Who: Marlee Marrotta, MPH, RDN, LDN, Coach of 14 Purple
When : January 26th, 6:45-7:15pm
Where: Hope Valley Baptist Church
Subject: Nutrition for Athletic Training and Competition
All 13P and 13G athletes please plan to arrive 15 minutes early
All 13S athletes please plan to stay 15 minutes late
As an athlete in season you should be hydrating for practices, games and tournaments. Hydration for upcoming matches should start the day before and continue throughout the day of the tournament. As a general rule of thumb, you should try to drink at least 64-80 oz (8 to 10 cups) of water each day. Doing this will help keep your muscles from cramping, maintain your energy and help your body run the way it was designed to. Taking a sports drink during a match is efficient too, as the calories from the drink will provide energy and replace the potassium and sodium that you may have lost through sweat when playing. Under intense and prolonged exercise conditions, water alone cannot provide what your body needs.
It can be helpful to establish a routine to get you into the habit of drinking enough water each day. Start by finding a water bottle that you can use consistently and determine how many ounces of water it holds. Then think about your daily routine and how and when you will refill your water bottle. For example, if you have a 32 oz water bottle, fill your water bottle before school in the morning. Drink that bottle during your morning classes. At lunch time, refill your bottle again. By the end of the school day, finish drinking that bottle as well. By doing this each day, you know that you will be drinking at least the minimum 64 oz of water your body needs. Fill that water bottle again after school and continue drinking it the rest of the day.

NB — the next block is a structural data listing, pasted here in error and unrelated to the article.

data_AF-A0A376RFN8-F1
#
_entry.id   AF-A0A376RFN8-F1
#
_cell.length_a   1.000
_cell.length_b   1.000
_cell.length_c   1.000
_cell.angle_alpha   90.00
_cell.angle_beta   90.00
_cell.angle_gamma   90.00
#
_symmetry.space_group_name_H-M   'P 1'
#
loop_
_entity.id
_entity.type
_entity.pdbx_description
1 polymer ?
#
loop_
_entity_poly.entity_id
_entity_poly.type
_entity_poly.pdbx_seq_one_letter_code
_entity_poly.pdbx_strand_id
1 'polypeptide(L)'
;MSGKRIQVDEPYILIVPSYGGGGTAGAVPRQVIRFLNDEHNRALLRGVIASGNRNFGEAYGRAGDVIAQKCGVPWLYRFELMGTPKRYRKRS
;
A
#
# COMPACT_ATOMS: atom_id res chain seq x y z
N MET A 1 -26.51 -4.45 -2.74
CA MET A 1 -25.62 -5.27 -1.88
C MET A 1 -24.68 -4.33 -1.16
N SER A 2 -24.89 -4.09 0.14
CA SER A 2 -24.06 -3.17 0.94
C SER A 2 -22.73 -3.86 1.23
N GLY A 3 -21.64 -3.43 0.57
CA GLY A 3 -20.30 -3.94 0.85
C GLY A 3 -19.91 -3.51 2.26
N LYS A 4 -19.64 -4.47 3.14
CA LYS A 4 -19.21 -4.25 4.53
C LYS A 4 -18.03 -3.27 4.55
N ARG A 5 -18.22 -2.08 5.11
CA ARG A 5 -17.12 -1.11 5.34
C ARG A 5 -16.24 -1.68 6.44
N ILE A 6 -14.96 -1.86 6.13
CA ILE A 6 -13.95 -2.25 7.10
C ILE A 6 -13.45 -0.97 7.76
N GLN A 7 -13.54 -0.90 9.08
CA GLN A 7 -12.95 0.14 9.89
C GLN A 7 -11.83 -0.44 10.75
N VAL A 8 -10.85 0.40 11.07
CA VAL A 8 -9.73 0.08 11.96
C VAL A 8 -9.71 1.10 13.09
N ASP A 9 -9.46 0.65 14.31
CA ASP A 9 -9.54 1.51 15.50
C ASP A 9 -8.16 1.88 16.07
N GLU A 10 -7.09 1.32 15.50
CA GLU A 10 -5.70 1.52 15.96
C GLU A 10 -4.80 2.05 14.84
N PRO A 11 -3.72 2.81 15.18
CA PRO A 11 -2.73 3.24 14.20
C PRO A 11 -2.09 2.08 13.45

On game days, note that drinking a whole bottle of water at once is not the best way to deliver hydration to the body. It is recommended that you drink 4-8 ounces (½ cup to 1 cup) of fluid every 15 minutes during activity. This means that during each time out, you should take a few swallows of water. Also, spreading out your intake in this way will allow you to avoid the feeling of being waterlogged and will allow your body to metabolize the fluid throughout the match.
On the day of the tournament eat breakfast, lunch and snacks. Stay away from fatty foods or those with processed sugar, and avoid any foods you may want to try for the first time on game day. Your body will draw energy from the foods you eat before a game, so choose them wisely. Research suggests that a pregame meal should be eaten about two hours before game time. Vary your eating times according to how closely your matches follow each other. If you have matches close to each other reduce amount of food accordingly.
Since volleyball requires a lot of quick movements and bursts of strength over a long period of time, it is necessary to fuel your body with a good amount of carbohydrates such as fruits, veggies, whole grain cereals, breads, potatoes, and pastas. Supplement your carb-load with protein (beans/legumes, lean meats, low-fat dairy and eggs) and healthy fats like nuts, nut butters, fish oils, avocado, soy, and vegetable oil-based salad dressings and you have the ideal pre-game meal. When planning a meal try to include as many of the food groups as possible including a good protein and grain source, vegetables and fruit. Round out the meal with a glass of cow's milk, water or nut-milks.